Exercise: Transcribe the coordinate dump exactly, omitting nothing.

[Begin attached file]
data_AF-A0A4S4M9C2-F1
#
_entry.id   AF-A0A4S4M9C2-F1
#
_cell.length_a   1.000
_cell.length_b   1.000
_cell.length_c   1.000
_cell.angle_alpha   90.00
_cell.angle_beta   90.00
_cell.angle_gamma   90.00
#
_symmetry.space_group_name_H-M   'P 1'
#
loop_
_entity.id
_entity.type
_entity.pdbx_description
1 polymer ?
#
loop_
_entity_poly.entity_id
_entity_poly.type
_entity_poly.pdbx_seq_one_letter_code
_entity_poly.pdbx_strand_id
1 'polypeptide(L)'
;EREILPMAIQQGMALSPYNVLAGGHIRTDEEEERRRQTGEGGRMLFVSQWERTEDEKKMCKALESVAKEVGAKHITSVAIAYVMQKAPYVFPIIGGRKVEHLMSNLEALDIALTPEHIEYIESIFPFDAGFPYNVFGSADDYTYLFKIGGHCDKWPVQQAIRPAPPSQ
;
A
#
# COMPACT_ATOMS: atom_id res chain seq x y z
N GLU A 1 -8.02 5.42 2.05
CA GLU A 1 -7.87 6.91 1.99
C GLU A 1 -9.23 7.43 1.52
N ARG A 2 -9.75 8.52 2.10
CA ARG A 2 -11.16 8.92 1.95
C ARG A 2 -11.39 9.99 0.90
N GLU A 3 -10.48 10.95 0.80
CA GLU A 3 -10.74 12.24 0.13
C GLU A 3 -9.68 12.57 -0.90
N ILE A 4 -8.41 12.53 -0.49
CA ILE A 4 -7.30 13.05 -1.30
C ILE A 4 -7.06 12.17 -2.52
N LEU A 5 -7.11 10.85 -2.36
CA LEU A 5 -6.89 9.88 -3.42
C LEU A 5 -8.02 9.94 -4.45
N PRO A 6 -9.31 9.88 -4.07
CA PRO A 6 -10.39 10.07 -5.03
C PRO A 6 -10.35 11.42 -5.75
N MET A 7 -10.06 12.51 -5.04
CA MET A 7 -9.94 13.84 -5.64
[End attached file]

data_AF-A0A4S4M9C2-F1
#
_entry.id   AF-A0A4S4M9C2-F1
#
_cell.length_a   1.000
_cell.length_b   1.000
_cell.length_c   1.000
_cell.angle_alpha   90.00
_cell.angle_beta   90.00
_cell.angle_gamma   90.00
#
_symmetry.space_group_name_H-M   'P 1'
#
loop_
_entity.id
_entity.type
_entity.pdbx_description
1 polymer ?
#
loop_
_entity_poly.entity_id
_entity_poly.type
_entity_poly.pdbx_seq_one_letter_code
_entity_poly.pdbx_strand_id
1 'polypeptide(L)'
;EREILPMAIQQGMALSPYNVLAGGHIRTDEEEERRRQTGEGGRMLFVSQWERTEDEKKMCKALESVAKEVGAKHITSVAIAYVMQKAPYVFPIIGGRKVEHLMSNLEALDIALTPEHIEYIESIFPFDAGFPYNVFGSADDYTYLFKIGGHCDKWPVQQAIRPAPPSQ
;
A
#
# COMPACT_ATOMS: atom_id res chain seq x y z
N GLU A 1 -8.02 5.42 2.05
CA GLU A 1 -7.87 6.91 1.99
C GLU A 1 -9.23 7.43 1.52
N ARG A 2 -9.75 8.52 2.10
CA ARG A 2 -11.16 8.92 1.95
C ARG A 2 -11.39 9.99 0.90
N GLU A 3 -10.48 10.95 0.80
CA GLU A 3 -10.74 12.24 0.13
C GLU A 3 -9.68 12.57 -0.90
N ILE A 4 -8.41 12.53 -0.49
CA ILE A 4 -7.30 13.05 -1.30
C ILE A 4 -7.06 12.17 -2.52
N LEU A 5 -7.11 10.85 -2.36
CA LEU A 5 -6.89 9.88 -3.42
C LEU A 5 -8.02 9.94 -4.45
N PRO A 6 -9.31 9.88 -4.07
CA PRO A 6 -10.39 10.07 -5.03
C PRO A 6 -10.35 11.42 -5.75
N MET A 7 -10.06 12.51 -5.04
CA MET A 7 -9.94 13.84 -5.64